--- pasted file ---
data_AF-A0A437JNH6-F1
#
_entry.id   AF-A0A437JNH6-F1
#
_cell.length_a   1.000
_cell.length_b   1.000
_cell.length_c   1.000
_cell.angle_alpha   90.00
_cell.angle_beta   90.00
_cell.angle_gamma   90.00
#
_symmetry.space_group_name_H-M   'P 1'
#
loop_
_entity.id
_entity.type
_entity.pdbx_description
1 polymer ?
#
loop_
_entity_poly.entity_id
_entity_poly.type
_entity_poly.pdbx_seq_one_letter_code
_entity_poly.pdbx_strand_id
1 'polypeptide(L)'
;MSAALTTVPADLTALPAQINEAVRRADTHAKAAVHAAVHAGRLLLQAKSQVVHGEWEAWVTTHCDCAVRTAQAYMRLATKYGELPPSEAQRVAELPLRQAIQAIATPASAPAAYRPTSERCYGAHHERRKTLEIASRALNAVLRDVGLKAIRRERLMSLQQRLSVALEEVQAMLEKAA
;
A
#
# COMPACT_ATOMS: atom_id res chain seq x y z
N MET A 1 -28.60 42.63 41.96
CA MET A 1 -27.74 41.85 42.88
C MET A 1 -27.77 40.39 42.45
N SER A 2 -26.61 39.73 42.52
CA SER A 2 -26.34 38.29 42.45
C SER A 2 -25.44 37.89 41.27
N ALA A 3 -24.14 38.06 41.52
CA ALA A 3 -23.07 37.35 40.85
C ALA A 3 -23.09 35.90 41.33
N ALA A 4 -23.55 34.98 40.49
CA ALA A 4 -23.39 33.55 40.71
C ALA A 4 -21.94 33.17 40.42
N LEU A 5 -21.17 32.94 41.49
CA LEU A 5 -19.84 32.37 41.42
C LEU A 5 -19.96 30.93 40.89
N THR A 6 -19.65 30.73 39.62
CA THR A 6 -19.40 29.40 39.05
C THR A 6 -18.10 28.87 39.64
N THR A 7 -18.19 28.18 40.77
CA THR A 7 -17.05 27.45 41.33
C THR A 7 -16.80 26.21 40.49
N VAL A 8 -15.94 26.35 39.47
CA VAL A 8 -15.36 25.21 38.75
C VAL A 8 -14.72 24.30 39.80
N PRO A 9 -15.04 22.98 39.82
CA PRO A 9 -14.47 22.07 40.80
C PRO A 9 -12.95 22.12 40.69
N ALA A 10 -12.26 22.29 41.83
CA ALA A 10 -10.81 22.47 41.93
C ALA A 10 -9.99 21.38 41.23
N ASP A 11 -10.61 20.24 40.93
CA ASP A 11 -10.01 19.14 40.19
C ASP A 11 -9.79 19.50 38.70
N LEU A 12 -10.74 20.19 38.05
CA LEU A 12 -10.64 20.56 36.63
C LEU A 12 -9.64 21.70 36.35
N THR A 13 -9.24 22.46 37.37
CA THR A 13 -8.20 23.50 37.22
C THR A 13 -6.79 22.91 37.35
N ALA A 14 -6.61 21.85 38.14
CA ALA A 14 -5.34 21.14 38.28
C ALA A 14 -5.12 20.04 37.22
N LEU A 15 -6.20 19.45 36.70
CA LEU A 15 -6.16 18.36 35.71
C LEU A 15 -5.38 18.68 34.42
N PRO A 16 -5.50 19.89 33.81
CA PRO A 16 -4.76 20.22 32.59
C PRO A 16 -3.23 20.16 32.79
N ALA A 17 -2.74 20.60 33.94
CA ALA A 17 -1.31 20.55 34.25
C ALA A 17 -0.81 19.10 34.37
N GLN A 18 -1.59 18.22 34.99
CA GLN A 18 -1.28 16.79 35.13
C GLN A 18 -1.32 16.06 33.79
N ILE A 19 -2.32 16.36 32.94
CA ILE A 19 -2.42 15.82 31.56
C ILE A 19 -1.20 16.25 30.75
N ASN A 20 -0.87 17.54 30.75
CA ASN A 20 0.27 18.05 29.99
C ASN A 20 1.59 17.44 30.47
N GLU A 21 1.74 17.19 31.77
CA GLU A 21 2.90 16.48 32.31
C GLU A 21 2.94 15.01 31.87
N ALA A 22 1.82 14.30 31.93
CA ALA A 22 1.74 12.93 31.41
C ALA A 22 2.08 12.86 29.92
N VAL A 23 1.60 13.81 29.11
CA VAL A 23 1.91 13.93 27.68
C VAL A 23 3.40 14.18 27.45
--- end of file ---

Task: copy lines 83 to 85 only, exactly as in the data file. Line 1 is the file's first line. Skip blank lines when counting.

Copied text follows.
CA GLN A 18 -1.28 16.79 35.13
C GLN A 18 -1.32 16.06 33.79
N ILE A 19 -2.32 16.36 32.94